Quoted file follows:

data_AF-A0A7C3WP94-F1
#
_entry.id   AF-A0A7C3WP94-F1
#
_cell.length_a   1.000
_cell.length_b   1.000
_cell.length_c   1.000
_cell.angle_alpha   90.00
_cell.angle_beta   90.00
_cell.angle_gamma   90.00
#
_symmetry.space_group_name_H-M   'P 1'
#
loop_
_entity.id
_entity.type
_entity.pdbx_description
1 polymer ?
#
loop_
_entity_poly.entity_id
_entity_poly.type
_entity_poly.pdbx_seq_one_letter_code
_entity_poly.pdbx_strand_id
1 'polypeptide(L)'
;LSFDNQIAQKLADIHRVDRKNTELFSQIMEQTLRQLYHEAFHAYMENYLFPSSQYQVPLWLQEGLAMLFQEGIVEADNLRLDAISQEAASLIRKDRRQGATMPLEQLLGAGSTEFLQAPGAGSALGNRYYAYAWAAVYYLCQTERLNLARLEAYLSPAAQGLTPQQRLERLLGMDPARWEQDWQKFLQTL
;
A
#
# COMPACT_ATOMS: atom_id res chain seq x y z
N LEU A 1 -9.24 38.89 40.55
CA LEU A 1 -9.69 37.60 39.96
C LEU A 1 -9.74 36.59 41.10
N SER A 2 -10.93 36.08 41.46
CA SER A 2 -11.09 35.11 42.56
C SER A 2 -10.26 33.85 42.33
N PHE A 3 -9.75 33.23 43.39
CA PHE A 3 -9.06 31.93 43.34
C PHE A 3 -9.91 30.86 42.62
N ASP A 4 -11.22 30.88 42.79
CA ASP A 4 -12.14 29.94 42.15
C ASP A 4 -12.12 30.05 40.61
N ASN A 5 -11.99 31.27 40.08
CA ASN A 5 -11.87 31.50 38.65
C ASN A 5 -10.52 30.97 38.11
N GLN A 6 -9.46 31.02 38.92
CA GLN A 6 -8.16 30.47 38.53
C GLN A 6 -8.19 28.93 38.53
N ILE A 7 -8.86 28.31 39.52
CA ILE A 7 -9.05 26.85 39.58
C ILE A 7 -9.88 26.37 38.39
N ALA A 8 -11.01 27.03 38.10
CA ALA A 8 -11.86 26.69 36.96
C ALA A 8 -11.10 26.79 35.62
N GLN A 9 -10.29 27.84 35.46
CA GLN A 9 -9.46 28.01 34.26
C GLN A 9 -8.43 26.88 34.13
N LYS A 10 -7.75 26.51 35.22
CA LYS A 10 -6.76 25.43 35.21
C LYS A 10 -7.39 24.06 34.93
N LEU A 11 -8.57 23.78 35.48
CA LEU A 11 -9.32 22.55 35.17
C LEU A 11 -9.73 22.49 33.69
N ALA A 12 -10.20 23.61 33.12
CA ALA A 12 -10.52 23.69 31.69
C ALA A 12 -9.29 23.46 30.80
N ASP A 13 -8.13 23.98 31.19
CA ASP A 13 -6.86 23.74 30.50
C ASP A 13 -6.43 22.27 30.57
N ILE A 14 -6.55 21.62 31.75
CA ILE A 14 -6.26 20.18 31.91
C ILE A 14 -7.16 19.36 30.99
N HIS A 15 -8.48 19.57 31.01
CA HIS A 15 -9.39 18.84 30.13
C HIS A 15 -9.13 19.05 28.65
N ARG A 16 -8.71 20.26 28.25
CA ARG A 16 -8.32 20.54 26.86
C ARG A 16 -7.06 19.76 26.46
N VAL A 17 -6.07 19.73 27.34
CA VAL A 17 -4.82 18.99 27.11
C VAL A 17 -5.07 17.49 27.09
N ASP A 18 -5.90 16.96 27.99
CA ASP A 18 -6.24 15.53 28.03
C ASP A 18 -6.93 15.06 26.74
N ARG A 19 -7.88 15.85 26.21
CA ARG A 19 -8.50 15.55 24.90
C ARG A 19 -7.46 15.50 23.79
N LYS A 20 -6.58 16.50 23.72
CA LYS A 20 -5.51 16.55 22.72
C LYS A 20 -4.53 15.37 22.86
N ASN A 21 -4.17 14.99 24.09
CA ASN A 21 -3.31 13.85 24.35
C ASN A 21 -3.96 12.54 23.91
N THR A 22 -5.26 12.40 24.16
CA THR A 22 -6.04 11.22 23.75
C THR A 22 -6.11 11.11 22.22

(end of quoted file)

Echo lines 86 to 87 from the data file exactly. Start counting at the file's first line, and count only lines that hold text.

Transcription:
CA ARG A 19 -8.50 15.55 24.90
C ARG A 19 -7.46 15.50 23.79